There has been only one typhoon in Jolo in 80 years–that of 1932, which took off most of the roofs in the town.

I asked him (Quezon) again about the 5 torpedo boat vessels he has ordered from Italy, and he said they were exceedingly fast and quite cheap, adding: “these are the boats with which Mussolini scared the British Navy out of the Mediterranean.”

Bridge in p.m.; at night a ball in the Park pavilion in Zamboanga. I went with Osmeña. Major General Holbrook was there, having brought three planes down from Manila. The steamer sailed early in the morning for Manila direct, cutting out the Culion (leper colony) part of the program because many of the Assemblymen are prone to seasickness.


May 30, 1936

Many telephones out of action due to yesterday’s small flood.

Talked, however, with Quezon on the telephone.

Press carries a statement that the President opposes the transfer of Provincial Treasurers to the Department of Finance, but will submit the question to his Cabinet on Monday.

Received the May 1st copy of the Japan Times from the Japanese Consulate here, containing a special issue on Japan-Philippines relations with a very frank article by Debuchi, former Japanese Ambassador to the United States analyzing commercial and political difficulties of the Commonwealth. Also an article by Marquis Tokugawa expressing friendship and desire for more intimate relations with the Philippines. Also a plea by a Japanese businessman for tariff revision in the Philippines. Likewise, two very sensible articles putting forward Japan’s side of the Davao case, and estimating the investment there by Japanese variously from 50 million to 100 million yen. Also an article and speech by Manuel A. Alzate, chairman of the committee on Foreign Affairs of the Philippine Assembly. He begins by acknowledging their cultural debt to Spain and to United States and their economic and political debt to latter, but “This state of things, nevertheless is not bound to continue. Several forces are now at work tending to bring the Philippines into closer communion with the other countries of the Far East.” He analyses trade as it now exists between Japan and the Philippines and shows how one-sided it is, and insists Japan must buy more Philippine products: “Your country by reason of her geographical proximity and her present industrial development is an ideal market for Philippine products.”

The local papers here, print increasing accounts of “good-will” visits of Filipinos to Japan; also visits there of other prominent Filipinos in consequence of the “T.V.T.” newspaper contests here for “popularity” etc. All this movement and activity has sprung from the general belief outside the government circles here that the Philippines are a part of the Orient and had better make the best of the situation.” The recent coldly hostile attitude of the United States Congress etc., is having its effect, and underlying government influence here is no doubt stressing the necessity for an earnest study of their relations with Japan. The Japanese are making an evident attempt to show courtesy and consideration for the visiting Filipinos. All of the above shows that the Filipinos are making a real attempt (rather under cover) to face their fears and meet the dragon with out-stretched hand.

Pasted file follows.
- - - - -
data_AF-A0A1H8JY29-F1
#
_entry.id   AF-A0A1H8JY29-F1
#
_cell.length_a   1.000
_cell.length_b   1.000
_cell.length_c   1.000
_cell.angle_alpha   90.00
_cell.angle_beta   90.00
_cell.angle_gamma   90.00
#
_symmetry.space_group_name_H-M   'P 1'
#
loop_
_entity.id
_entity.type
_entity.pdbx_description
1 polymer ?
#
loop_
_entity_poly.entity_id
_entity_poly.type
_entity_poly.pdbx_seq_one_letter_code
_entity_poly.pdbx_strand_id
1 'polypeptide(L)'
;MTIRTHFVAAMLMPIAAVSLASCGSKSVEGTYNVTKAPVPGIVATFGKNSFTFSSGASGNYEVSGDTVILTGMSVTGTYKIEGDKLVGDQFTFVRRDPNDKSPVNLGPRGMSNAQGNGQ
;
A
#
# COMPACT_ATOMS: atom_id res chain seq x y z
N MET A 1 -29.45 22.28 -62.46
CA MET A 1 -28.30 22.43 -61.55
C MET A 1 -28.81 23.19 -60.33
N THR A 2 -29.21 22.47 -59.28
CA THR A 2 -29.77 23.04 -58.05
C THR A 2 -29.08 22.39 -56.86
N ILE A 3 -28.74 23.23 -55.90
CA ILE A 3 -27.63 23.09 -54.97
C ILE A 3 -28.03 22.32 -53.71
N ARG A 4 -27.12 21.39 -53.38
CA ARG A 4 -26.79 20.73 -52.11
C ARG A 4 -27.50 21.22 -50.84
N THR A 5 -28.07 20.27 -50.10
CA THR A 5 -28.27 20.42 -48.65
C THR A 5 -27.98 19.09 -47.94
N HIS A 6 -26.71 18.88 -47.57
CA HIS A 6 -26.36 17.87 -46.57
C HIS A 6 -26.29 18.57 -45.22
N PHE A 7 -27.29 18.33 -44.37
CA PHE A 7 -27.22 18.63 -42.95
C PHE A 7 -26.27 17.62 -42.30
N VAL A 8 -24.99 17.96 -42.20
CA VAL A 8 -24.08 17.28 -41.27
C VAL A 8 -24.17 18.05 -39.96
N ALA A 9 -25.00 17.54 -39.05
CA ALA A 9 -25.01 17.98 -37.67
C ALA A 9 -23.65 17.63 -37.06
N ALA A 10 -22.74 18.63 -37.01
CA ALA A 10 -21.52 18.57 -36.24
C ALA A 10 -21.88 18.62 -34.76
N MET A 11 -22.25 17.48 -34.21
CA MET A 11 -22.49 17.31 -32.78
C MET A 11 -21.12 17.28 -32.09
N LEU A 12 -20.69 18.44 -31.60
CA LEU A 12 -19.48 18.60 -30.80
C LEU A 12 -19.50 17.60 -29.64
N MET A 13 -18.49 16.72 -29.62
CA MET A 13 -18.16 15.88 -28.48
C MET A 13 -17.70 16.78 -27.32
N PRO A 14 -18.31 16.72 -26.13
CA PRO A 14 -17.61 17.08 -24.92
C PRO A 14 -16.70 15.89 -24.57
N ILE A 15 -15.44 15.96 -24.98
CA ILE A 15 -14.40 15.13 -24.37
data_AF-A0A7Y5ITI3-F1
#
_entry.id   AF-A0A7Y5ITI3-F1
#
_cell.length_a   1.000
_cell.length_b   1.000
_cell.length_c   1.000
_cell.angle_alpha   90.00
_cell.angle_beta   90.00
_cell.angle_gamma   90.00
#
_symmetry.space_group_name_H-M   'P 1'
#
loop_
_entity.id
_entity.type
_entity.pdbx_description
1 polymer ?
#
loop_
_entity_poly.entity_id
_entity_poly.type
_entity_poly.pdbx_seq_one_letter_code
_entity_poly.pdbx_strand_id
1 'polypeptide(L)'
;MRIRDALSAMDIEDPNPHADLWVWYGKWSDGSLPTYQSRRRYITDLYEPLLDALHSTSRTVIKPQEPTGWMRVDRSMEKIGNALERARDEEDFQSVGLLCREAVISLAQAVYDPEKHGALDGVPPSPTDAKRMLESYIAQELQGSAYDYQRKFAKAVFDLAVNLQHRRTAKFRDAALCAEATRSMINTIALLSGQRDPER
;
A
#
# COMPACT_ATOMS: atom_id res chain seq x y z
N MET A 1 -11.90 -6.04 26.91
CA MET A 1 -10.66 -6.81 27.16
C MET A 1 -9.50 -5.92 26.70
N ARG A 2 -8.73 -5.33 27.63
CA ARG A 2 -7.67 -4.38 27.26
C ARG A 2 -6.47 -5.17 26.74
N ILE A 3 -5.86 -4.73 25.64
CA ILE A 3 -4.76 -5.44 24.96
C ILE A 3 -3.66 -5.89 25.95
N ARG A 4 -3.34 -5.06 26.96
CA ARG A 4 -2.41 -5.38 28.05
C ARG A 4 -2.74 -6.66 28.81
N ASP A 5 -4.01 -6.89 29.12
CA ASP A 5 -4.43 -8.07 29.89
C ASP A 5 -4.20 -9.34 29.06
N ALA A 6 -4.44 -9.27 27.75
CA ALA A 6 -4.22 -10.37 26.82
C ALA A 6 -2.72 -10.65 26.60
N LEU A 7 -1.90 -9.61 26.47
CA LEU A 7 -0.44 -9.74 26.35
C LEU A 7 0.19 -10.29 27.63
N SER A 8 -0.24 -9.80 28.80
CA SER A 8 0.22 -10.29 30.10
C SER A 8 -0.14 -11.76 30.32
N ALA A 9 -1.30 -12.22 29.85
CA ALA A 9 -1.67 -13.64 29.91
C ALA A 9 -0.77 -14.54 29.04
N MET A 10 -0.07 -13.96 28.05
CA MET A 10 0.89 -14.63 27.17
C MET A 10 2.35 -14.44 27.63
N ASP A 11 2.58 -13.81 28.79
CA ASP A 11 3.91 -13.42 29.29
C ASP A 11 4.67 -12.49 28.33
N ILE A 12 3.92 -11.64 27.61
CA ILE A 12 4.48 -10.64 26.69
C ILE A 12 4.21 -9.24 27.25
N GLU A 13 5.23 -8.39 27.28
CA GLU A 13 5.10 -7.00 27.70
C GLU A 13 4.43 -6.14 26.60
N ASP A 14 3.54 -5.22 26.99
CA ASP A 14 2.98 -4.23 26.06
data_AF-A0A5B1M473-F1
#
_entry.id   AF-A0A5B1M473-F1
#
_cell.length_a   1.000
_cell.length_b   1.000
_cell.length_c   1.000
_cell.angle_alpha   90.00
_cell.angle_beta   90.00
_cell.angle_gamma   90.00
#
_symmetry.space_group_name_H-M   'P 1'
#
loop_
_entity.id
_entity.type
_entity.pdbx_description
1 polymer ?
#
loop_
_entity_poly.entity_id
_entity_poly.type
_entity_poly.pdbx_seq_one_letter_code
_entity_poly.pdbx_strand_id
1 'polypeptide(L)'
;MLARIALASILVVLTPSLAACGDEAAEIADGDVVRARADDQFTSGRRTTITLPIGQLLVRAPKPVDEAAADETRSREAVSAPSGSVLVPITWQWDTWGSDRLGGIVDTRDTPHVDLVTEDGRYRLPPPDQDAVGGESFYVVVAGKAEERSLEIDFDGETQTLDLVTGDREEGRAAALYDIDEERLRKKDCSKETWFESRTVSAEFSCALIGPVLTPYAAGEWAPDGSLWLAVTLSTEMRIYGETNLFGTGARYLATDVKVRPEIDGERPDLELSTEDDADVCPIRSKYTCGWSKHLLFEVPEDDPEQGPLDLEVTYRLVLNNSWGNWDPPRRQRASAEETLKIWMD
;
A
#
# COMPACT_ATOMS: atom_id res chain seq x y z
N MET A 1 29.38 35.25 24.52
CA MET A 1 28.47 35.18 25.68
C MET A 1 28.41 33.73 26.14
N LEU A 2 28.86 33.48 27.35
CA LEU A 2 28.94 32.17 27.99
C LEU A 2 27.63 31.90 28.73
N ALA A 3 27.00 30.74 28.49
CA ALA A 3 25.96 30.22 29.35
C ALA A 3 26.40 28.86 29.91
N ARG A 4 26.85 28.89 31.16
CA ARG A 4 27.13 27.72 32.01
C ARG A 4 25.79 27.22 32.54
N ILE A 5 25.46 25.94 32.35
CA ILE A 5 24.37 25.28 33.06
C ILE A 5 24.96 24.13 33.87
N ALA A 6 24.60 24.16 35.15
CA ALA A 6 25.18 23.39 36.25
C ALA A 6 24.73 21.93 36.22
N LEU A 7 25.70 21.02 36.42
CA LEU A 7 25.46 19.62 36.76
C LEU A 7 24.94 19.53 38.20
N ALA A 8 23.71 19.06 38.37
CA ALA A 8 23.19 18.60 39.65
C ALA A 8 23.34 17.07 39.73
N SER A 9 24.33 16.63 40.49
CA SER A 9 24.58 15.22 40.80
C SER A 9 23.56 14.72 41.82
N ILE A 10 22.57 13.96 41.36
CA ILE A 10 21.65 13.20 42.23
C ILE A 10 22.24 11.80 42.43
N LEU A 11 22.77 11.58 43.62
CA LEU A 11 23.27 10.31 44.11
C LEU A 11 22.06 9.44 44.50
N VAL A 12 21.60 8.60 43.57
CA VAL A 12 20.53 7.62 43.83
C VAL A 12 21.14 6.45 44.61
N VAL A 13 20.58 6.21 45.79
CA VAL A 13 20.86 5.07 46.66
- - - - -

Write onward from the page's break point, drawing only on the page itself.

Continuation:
Received a wire that Doria is back in Shanghai; I hope the increasing troubles and public disturbances in China due to Japanese activity in the North will remain comparatively innocuous while she is there!


May 2, 1936

Visit to the Museum of the Bureau of Science: good collection of birds and fishes. It is amazing how few species of wild mammals there are in the Philippines. The ethnological and insect collections are defective. Then to the Botanical Gardens–a sad “petering out” of this little zoo since my time. They have one small elephant, two bears (one mangy), a few wild boars and some wretched monkeys, and one deer. Most of the cages are vacant. Then to the Philippine Library to see E. B. Rodriguez. He wishes to restrain their library to its present scope of historical works and their museum to history and art. Very canny fellows: Teodoro Kalaw and Rodriguez! They know exactly what they want and just what they cannot get out of the legislature. Rodriguez believes the other bureaus of the Government should keep their own small museum collections as at present for their studies; also that the Bureau of Science should keep its own library.


February 22, 1936

Holiday. An hour with Sam Gaches in his office where he told me at my request the whole story of the Mineral Resources Mining properties. Excellent and vivid 40 minutes talk by him on rediscovery of the ancient Chinese mines of 500-1,000 years ago in Camarines Norte. Gave all the difficulties of mining in that region (Labo) and said it might be a “flop” “but”–with a gesture–“it drives you crazy it looks so good.” Said all mines in the Philippines except those in actual operation, like Benguet Consolidated, were “hooey,” meaning, a speculation only as yet–but added he believed the Paracale–San Mauricio–Labo district was destined to become the great gold fields of the Islands.